Mum-to-be's worry over slippery pavement inaction

Basingstoke Gazette: Mum-to-be's worry over slippery pavement inaction Mum-to-be's worry over slippery pavement inaction

A PREGNANT woman who fell outside her home in Andover is concerned that nothing is being done to sort the slippery paving.

Mother-of-one Leanne Harrison, who lives in one of a row of bungalows especially designed for people with mobility problems in Camelot Close, has asked landlords Aster Communities to improve the paving, which attracts moss and dirt making it slimy and slippery for residents. She also wants a grit bin for when the weather becomes icy and the communal area becomes like an “ice rink”.

But Miss Harrison, who wears a pelvic belt after breaking her back in two places in a horse riding accident three years ago, has said that she has not had any success in getting a permanent solution to the problem.

The mother-to-be, who is six months pregnant, slipped on the paving outside her front door on 6 November. She was taken to Basingstoke hospital where her baby was fortunately given the all clear. However, since the fall Miss Harrison’s back pain has greatly increased and, despite a one-off power wash, she claims that Aster Communities has not helped her avoid another accident.

She said: “It’s not just me but my neighbour is elderly and she has had her hips operated on and my other neighbour has also had hip operations.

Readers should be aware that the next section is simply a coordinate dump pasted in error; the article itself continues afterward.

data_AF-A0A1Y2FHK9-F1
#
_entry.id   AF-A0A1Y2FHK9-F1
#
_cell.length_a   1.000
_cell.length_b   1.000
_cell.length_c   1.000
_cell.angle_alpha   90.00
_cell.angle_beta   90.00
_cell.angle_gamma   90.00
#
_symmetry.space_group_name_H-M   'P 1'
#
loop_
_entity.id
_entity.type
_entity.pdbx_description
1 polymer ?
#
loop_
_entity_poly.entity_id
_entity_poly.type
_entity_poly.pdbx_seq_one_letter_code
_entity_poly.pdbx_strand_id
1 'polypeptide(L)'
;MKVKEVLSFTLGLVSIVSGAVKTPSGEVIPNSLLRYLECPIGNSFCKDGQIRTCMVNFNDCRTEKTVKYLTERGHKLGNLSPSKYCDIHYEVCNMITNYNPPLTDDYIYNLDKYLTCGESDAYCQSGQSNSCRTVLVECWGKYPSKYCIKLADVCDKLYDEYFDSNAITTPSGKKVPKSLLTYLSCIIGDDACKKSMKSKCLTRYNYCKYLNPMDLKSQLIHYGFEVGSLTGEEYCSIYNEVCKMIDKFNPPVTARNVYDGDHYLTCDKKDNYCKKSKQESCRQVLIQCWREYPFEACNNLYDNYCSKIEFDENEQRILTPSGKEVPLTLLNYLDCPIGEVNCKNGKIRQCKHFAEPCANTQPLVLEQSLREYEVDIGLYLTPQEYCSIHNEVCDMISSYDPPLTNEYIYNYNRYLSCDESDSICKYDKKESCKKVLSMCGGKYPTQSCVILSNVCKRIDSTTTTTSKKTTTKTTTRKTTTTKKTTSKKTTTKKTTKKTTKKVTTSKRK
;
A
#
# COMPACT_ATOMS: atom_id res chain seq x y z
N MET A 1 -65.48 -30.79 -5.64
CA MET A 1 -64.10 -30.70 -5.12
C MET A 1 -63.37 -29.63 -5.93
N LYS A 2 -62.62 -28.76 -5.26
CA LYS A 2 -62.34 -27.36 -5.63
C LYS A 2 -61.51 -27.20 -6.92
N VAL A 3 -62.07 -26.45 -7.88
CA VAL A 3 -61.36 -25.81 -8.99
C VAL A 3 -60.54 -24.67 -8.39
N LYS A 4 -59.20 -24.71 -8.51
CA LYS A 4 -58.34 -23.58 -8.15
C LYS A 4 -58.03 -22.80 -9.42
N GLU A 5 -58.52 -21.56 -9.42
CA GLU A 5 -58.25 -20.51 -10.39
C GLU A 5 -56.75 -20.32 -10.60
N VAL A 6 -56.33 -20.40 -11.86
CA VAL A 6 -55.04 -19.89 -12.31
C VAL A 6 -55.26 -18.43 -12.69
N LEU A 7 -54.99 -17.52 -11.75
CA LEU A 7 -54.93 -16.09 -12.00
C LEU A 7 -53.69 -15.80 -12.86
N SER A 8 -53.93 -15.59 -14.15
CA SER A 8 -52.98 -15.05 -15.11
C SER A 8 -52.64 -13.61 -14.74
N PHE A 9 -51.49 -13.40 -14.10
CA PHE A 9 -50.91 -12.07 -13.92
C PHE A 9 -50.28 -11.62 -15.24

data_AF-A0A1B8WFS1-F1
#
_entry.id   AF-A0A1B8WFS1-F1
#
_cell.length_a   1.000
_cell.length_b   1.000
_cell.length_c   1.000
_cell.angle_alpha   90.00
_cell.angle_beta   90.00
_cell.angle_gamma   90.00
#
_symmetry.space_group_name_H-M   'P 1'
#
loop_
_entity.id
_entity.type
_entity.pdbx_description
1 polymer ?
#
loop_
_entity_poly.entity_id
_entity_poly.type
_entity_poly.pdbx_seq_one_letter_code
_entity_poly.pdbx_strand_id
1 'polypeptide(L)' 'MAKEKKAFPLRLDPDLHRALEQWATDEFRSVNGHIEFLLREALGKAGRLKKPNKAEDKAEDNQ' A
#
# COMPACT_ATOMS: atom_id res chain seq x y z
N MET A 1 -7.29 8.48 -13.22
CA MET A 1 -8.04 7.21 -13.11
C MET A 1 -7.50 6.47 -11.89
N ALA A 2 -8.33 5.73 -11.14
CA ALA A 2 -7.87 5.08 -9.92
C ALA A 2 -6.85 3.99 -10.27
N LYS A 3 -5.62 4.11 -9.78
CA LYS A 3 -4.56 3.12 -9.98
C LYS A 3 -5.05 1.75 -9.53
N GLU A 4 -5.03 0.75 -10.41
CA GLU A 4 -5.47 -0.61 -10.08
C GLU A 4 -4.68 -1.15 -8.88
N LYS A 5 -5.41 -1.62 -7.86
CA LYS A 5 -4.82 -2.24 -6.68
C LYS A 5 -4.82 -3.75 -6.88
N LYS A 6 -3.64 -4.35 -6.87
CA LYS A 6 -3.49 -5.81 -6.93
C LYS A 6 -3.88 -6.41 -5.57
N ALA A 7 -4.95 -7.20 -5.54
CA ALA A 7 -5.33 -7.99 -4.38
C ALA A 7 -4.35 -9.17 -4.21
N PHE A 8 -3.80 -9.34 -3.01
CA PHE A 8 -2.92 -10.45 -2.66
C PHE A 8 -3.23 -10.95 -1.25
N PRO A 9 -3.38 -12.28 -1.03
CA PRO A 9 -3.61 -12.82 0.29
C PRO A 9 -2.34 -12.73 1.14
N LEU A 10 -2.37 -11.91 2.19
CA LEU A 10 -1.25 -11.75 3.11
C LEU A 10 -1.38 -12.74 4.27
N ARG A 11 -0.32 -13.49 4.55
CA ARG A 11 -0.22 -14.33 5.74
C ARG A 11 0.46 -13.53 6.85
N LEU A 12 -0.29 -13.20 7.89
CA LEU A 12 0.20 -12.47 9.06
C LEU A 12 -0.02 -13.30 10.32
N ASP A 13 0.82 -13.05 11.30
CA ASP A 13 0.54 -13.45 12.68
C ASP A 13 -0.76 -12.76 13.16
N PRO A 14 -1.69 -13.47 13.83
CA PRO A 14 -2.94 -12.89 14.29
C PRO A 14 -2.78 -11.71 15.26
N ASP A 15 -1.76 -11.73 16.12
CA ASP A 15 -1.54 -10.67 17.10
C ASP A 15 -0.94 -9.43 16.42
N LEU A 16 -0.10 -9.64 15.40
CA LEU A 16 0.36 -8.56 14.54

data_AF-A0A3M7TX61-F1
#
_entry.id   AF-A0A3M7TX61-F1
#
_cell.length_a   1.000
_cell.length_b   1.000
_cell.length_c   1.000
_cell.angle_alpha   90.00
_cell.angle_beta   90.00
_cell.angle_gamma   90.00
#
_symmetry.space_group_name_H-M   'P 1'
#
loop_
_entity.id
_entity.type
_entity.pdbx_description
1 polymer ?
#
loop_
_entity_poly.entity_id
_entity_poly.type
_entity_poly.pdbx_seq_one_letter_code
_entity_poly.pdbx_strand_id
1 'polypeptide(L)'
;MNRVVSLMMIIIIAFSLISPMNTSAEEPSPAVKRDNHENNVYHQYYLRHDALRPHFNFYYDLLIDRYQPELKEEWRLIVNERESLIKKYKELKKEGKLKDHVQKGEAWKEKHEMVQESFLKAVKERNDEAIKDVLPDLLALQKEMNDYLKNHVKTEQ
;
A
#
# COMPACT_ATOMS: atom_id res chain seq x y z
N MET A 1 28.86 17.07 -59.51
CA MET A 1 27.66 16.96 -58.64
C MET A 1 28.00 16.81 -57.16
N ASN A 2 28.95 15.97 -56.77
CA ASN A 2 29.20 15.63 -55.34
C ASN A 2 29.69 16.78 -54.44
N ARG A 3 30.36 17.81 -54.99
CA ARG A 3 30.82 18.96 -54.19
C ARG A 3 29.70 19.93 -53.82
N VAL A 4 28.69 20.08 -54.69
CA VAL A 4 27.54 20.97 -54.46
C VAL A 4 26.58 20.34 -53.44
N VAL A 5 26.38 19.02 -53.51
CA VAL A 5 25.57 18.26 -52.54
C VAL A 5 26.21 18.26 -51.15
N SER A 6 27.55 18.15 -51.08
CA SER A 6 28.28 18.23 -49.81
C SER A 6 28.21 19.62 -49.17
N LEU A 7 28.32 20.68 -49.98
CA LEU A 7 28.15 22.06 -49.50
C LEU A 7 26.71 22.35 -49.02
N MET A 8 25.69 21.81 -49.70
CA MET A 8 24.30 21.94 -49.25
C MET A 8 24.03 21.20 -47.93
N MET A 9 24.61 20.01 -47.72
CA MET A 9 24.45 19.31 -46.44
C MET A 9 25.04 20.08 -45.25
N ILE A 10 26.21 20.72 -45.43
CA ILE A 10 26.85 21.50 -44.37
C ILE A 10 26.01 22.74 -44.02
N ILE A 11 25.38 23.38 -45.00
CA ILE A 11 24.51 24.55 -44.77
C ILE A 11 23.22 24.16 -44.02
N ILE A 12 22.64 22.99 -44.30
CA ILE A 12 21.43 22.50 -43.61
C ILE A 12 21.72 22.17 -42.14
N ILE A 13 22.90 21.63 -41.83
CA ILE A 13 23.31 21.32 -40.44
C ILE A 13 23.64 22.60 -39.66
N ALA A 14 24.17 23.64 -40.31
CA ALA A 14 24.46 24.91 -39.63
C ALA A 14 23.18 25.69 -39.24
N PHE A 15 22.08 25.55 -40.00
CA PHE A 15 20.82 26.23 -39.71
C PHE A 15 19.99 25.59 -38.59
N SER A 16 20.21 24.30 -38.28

“I can’t risk falling, especially with my back.”

The 27-year-old added: “For seven years I have been fighting for a grit bin as it’s so dangerous out there. When it’s icy it’s lethal up here, it’s like an ice rink.”

An Aster Group spokesperson said: “We can confirm we’re liaising with customers at Camelot Close, Andover, regarding problems they’ve been having with a communal pathway outside their homes.

“The safety and well-being of our customers is our top priority and we’re always sorry to hear about any of them experiencing problems.

“We’re continuing to work with our customers at Camelot Close to try to resolve this as soon as possible.”

Miss Harrison’s partner, 28-year-old Steven Fiddes, also slipped in the communal area just last week, grazing his arm and chin and ripping his trainers.

Mr Fiddes, who is Miss Harrison’s full-time carer, said: “It’s not fair when other people in the area have grit bins and we don’t.”

Councillor Seán Woodward, executive member for economy, transport and environment at Hampshire County Council, said: “I’m sorry to hear about these accidents.

“Highways officers have been out to look at the paving outside Camelot Close, can confirm that this land is owned by Aster Communities and is not public highway.

“We have made Aster Communities aware of this problem on their land as they are responsible for its maintenance.

“Community grit bins can only be placed on footways next to public highway and there is a grit bin nearby to Camelot Close on the verge next to the road.”


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